Lando: M2M eSIM implementation is cumbersome, time consuming, and has long capital investment cycles. Implementing this requires collaboration between the enterprise, eSIM manufacturers and wireless carriers during the manufacturing process.

What are the biggest misconceptions about eSIM for IoT?

Lando: The biggest misconception about eSIM for IoT is that the benefits it provides to consumer devices can be implemented on IoT. Enterprises quickly realize that they have to implement a separate standard for IoT/M2M, which requires SM-DP (Subscription Manager – Data Preparation) and SM-SR (Subscription Manager – Data Preparation) to provision and manage carrier subscriptions remotely. Subscription Manager – Secure Routing). The M2M standard is cumbersome, requiring a substantial investment of money and time to organize the implementation of a wireless carrier.

Where do you see the fight between competing standards headed?

Lando: When looking at mobile data connectivity, there is no big difference between M2M and IoT device requirements when it comes to remote SIM provisioning. If anything, the benefits of eSIM (eUICC) technology are greater for M2M devices as they usually have a longer life cycle, and the demand for changing carriers at some point is high.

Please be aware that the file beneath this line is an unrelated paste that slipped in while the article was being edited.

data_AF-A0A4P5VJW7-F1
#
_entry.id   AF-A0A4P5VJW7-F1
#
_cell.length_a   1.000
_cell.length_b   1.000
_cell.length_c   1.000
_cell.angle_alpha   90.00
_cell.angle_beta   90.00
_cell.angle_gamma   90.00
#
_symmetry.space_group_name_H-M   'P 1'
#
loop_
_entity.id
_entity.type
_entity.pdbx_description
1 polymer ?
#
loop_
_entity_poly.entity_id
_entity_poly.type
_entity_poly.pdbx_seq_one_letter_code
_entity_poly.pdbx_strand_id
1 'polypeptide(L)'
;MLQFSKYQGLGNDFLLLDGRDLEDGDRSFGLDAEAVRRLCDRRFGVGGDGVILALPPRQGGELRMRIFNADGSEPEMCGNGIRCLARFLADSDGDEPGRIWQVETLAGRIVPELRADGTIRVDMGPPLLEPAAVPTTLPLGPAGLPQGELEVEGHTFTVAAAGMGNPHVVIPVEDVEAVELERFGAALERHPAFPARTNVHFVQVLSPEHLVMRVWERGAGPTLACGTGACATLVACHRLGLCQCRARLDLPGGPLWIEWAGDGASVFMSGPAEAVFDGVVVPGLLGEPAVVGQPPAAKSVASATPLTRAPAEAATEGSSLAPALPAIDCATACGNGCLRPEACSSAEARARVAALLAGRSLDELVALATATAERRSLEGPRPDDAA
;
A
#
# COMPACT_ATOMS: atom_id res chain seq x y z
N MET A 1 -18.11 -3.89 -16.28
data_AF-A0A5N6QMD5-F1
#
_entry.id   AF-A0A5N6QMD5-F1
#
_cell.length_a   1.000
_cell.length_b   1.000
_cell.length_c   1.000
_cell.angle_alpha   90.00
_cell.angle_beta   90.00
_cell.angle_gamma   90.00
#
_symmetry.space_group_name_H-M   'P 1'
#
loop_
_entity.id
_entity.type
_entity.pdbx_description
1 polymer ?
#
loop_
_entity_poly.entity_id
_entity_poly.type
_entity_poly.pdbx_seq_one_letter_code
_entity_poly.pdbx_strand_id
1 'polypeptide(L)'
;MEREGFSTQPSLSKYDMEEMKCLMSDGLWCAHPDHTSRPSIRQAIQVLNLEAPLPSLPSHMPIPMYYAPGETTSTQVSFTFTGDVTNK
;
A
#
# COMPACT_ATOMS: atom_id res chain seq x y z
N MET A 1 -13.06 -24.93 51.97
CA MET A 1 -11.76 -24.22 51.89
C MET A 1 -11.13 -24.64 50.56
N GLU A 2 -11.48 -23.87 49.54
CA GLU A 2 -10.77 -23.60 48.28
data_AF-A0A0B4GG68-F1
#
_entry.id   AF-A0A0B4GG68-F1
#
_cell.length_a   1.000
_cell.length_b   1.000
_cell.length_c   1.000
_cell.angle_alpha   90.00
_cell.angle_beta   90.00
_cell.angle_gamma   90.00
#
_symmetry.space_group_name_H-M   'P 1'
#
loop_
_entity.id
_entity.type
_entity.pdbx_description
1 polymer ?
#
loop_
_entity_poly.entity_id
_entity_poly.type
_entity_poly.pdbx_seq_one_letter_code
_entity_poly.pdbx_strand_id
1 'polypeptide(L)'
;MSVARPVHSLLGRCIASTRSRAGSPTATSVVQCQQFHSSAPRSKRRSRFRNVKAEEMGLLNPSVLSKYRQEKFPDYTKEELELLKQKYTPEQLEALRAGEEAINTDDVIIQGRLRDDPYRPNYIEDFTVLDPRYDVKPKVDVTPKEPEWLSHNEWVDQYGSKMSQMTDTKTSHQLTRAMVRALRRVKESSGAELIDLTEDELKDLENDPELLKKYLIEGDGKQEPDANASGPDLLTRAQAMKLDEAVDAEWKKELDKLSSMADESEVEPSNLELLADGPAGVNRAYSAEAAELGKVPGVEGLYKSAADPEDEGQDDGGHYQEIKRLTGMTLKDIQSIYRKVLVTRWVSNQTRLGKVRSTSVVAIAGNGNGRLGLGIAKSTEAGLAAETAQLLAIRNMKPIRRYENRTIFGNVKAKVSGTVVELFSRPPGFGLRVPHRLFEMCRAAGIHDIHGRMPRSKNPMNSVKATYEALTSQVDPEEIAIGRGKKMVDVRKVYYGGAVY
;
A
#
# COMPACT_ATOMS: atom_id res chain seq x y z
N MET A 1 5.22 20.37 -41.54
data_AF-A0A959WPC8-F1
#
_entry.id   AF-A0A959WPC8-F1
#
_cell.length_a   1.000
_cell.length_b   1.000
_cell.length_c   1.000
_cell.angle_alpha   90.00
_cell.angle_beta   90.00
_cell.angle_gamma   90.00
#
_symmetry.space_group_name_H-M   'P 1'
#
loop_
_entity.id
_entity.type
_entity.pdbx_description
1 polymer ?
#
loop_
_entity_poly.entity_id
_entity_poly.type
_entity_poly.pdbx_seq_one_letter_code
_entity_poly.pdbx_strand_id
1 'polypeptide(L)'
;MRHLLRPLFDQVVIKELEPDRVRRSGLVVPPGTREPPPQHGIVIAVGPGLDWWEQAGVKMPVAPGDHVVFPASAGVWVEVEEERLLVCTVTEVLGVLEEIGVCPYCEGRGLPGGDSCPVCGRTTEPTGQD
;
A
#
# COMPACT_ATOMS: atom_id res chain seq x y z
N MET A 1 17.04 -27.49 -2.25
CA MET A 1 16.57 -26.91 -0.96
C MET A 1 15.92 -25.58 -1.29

This can be for commercial or technical reasons. Hence, M2M devices are also likely to get eSIM instead of standard SIM.

Developers support eSIM to solve IoT and embedded firmware patch issues. eSIM hardware and eUICC components are certified in accordance with GSMA’s Security Accreditation Scheme (SAS). This guarantees a very high level of security. In addition, cellular connectivity is secure by design: data is encrypted, and users are securely identified.

What are the most important problems facing IoT and embedded technologies?

Lando: One of the most important problems facing IoT deployments is dealing with carrier lock-in and various global regulatory requirements. In such cases, enterprises require local deployment and local wireless carriers. Enterprises with global deployments need the flexibility to easily and efficiently change carriers to meet local regulations.

Why are companies not actively adopting eSIM technology?